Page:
tutor for several years in the family, and gave special attention to this
boy, who was always guided to make his way through the school in such a way
that his home activities should be carried through in the spirit in which
they were begun. I then had the inducement, in the way I have already
mentioned, to increase my knowledge of Latin and Greek, for I was
responsible for the tutoring of this boy and another in this family for the
Gymnasium lessons.

I must needs feel grateful to Fate for having brought me into such a life
relationship. For through this means I developed in vital fashion a
knowledge of the being of man which I do not believe could have been
developed by me so vitally in any other way. Moreover, I was taken into the
family in an extraordinarily affectionate way; we came to live a beautiful
life in common. The father of these boys was a sales-agent for Indian and
American cotton. I was thus able to get a glimpse of the working of
business, and of much that is connected with this. Moreover, through this I
learned a great deal. I had an inside view of the conduct of a branch of an
unusually interesting import business, and could observe the intercourse
between business friends and the interlinking of many commercial and
industrial activities.

My young charge was successfully guided through the Gymnasium; I continued
with him even to the Unter-Prima. By that time he had made such progress
that he no longer needed me. After completing the Gymnasium he entered the
school of medicine, became a physician, and in this capacity he was later a
victim of the World War. The mother, who had become a true friend of mine
because of what I had done for her boy, and who clung to this child of
sorrow with the most devoted love, soon followed him in death. The father
had already gone from this world.

A good portion of my youthful life was bound up with the task which had
grown so close to me. For a number of years I went during the summer with
the family of the children whom I had to tutor to the Attersee in the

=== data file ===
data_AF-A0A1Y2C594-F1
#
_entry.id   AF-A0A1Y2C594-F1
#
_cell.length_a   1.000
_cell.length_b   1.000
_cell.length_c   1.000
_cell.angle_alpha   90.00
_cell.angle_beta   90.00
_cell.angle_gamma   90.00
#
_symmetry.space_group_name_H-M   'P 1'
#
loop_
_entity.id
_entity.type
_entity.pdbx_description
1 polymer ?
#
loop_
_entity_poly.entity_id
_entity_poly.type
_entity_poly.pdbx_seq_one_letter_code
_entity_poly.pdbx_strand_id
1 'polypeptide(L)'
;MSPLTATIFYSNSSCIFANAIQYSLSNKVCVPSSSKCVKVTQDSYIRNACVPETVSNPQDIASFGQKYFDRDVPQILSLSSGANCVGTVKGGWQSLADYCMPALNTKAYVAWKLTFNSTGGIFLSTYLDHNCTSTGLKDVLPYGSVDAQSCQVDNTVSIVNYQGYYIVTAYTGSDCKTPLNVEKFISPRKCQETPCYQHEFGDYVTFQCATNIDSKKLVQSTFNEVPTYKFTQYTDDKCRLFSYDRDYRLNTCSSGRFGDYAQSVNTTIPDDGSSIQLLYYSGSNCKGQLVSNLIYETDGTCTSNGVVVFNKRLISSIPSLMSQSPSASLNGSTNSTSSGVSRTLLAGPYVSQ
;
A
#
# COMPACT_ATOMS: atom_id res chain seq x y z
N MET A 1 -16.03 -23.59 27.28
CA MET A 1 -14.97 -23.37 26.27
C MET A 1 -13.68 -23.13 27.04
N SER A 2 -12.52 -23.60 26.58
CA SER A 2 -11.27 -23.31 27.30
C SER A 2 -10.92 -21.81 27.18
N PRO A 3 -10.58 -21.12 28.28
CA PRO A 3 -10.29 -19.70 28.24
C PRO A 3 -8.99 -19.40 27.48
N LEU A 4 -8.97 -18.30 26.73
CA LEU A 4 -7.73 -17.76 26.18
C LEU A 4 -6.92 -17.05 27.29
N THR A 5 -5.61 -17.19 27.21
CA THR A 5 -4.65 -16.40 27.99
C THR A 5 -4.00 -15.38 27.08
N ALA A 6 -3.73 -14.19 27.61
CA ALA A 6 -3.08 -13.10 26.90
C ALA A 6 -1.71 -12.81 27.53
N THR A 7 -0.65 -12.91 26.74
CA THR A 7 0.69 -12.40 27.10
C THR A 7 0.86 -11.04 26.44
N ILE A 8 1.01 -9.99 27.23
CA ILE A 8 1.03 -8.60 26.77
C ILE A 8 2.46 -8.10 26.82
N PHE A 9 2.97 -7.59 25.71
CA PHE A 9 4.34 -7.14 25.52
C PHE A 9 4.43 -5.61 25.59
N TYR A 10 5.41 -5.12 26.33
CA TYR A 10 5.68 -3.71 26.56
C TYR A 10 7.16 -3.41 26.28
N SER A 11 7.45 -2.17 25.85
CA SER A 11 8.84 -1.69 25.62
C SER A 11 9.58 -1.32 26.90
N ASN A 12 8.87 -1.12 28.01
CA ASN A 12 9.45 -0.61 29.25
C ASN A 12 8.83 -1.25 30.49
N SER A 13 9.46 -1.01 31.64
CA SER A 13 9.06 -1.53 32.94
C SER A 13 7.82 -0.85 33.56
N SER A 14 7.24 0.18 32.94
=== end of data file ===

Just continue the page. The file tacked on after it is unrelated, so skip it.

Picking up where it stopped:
Salzkammergut, and there became familiar with the noble Alpine nature of
Upper Austria. I was gradually able to eliminate the private lessons I had
continued to give to others even after beginning this tutoring, and thus I
had time left for prosecuting my own studies.

From "The Course of My Life" by Rudolf Steiner, Chapter 13:

When I was fourteen years old I had to begin tutoring; for fifteen years, up
to the beginning of the second phase of my life, that spent at Weimar, my
destiny kept me engaged in this work. The unfolding of the minds of many
persons, both in childhood and in youth, was in this way bound up with my
own evolution. Through this means I was able to observe how different were
the ways in which the two sexes grow into life. For, along with the giving
of instruction to boys and young men, it fell to my lot to teach also a
number of young girls. Indeed, for a long time the mother of the boy whose
instruction I had taken over because of his pathological condition was a
pupil of mine in geometry; and at another time I taught this lady and her
sister aesthetics.

In the family of these children I found for a number of years a sort of
home, from which I went out to other families as tutor or instructor.
Through the intimate friendship between the mother of the children and
myself, it came about that I shared fully in the joys and sorrows of this
family. In this woman I perceived a uniquely beautiful human soul. She was
wholly devoted to the development of her four boys according to their
destiny. In her one could study mother love in its larger manifestation. To
co-operate with her in problems of education formed a beautiful content of
life. For the musical part of the artistic she possessed both talent and
enthusiasm. At times she took charge of the musical practice of her boys, as
long as they were still young. She discussed intelligently with me the most
varied life problems, sharing in everything with the deepest interest. She
gave the greatest attention to my scientific and other tasks. There was a
time when I had the greatest need to discuss with her everything which
intimately concerned me. When I spoke of my spiritual experiences, she
listened in a peculiar way. To her intelligence the thing was entirely
congenial, but it maintained a certain marked reserve; yet her mind absorbed
everything. At the same time she maintained in reference to man's being a
certain naturalistic view. She believed the moral temper to be entirely
bound up with the health or sickness of the bodily constitution. I mean to
say that she thought instinctively about man in a medical fashion, whereby
her thinking tended to be somewhat naturalistic. To discuss things in this
way with her was in the highest degree stimulating. Besides, her attitude
toward all outer life was that of a woman who attended with the strongest
sense of duty to everything which fell to her lot, but who looked upon most
inner things as not belonging to her sphere. She looked upon her fate in
many aspects as something burdensome. But still she made no claims upon
life; she accepted this as it took form so far as it did not concern her sons. In relation to these she felt every experience with the deepest emotion of her soul.

There are more references in a number of Steiner's lectures, but I don't
have the time to collect them now.